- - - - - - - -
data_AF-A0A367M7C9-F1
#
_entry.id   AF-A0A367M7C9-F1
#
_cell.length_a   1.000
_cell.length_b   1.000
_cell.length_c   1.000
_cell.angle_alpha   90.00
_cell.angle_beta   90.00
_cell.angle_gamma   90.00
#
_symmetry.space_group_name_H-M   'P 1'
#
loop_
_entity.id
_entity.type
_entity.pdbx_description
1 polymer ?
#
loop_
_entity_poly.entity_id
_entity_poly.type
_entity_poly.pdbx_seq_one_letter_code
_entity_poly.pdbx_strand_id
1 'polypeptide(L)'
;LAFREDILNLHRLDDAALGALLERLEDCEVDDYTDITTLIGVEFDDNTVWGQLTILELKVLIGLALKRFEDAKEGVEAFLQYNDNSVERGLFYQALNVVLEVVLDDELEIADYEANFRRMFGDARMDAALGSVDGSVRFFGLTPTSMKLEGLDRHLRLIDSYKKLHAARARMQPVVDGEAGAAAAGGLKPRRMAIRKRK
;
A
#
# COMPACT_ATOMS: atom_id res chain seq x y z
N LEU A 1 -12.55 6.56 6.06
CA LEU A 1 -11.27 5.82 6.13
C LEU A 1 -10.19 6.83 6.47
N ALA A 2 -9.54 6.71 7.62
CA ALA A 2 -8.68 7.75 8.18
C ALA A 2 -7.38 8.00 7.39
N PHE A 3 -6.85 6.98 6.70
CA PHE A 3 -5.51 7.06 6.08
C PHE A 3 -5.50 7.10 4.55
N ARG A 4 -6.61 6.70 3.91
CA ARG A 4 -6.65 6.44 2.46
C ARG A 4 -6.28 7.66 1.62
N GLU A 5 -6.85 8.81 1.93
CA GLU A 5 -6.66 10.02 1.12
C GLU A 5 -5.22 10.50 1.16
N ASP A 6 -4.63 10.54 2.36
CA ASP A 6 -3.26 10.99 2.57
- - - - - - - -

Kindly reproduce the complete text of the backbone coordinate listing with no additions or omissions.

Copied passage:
data_AF-A0A367M7C9-F1
#
_entry.id   AF-A0A367M7C9-F1
#
_cell.length_a   1.000
_cell.length_b   1.000
_cell.length_c   1.000
_cell.angle_alpha   90.00
_cell.angle_beta   90.00
_cell.angle_gamma   90.00
#
_symmetry.space_group_name_H-M   'P 1'
#
loop_
_entity.id
_entity.type
_entity.pdbx_description
1 polymer ?
#
loop_
_entity_poly.entity_id
_entity_poly.type
_entity_poly.pdbx_seq_one_letter_code
_entity_poly.pdbx_strand_id
1 'polypeptide(L)'
;LAFREDILNLHRLDDAALGALLERLEDCEVDDYTDITTLIGVEFDDNTVWGQLTILELKVLIGLALKRFEDAKEGVEAFLQYNDNSVERGLFYQALNVVLEVVLDDELEIADYEANFRRMFGDARMDAALGSVDGSVRFFGLTPTSMKLEGLDRHLRLIDSYKKLHAARARMQPVVDGEAGAAAAGGLKPRRMAIRKRK
;
A
#
# COMPACT_ATOMS: atom_id res chain seq x y z
N LEU A 1 -12.55 6.56 6.06
CA LEU A 1 -11.27 5.82 6.13
C LEU A 1 -10.19 6.83 6.47
N ALA A 2 -9.54 6.71 7.62
CA ALA A 2 -8.68 7.75 8.18
C ALA A 2 -7.38 8.00 7.39
N PHE A 3 -6.85 6.98 6.70
CA PHE A 3 -5.51 7.06 6.08
C PHE A 3 -5.50 7.10 4.55
N ARG A 4 -6.61 6.70 3.91
CA ARG A 4 -6.65 6.44 2.46
C ARG A 4 -6.28 7.66 1.62
N GLU A 5 -6.85 8.81 1.93
CA GLU A 5 -6.66 10.02 1.12
C GLU A 5 -5.22 10.50 1.16
N ASP A 6 -4.63 10.54 2.36
CA ASP A 6 -3.26 10.99 2.57